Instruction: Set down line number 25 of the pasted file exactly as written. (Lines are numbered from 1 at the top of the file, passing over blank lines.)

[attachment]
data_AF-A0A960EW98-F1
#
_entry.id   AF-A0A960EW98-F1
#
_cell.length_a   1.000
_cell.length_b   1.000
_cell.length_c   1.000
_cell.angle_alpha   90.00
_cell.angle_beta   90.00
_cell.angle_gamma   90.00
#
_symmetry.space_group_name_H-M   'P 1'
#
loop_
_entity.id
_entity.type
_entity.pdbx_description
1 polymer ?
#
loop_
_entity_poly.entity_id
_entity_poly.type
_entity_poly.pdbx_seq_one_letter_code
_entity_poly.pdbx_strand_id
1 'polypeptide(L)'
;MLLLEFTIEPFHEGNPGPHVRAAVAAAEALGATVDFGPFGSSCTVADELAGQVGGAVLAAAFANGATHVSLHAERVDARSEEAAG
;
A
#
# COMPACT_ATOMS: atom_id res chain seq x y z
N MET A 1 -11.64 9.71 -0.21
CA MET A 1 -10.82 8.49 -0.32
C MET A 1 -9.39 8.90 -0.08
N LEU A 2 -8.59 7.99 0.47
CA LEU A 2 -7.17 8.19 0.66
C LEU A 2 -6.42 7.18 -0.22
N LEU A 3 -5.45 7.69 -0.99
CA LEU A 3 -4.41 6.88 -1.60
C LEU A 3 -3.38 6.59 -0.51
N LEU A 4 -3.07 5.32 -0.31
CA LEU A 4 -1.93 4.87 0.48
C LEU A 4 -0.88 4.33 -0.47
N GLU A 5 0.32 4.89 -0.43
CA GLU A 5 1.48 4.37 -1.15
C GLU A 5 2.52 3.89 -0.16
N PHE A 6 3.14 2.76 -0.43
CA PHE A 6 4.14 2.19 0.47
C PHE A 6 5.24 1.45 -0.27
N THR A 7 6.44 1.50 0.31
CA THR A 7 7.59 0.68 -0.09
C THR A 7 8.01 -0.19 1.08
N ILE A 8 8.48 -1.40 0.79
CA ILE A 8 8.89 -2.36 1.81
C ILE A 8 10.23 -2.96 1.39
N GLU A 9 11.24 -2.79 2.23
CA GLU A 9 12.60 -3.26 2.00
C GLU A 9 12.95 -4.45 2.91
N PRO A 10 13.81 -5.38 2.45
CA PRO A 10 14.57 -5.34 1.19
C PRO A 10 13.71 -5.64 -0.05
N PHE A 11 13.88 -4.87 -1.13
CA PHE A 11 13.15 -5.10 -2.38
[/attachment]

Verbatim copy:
1 'polypeptide(L)'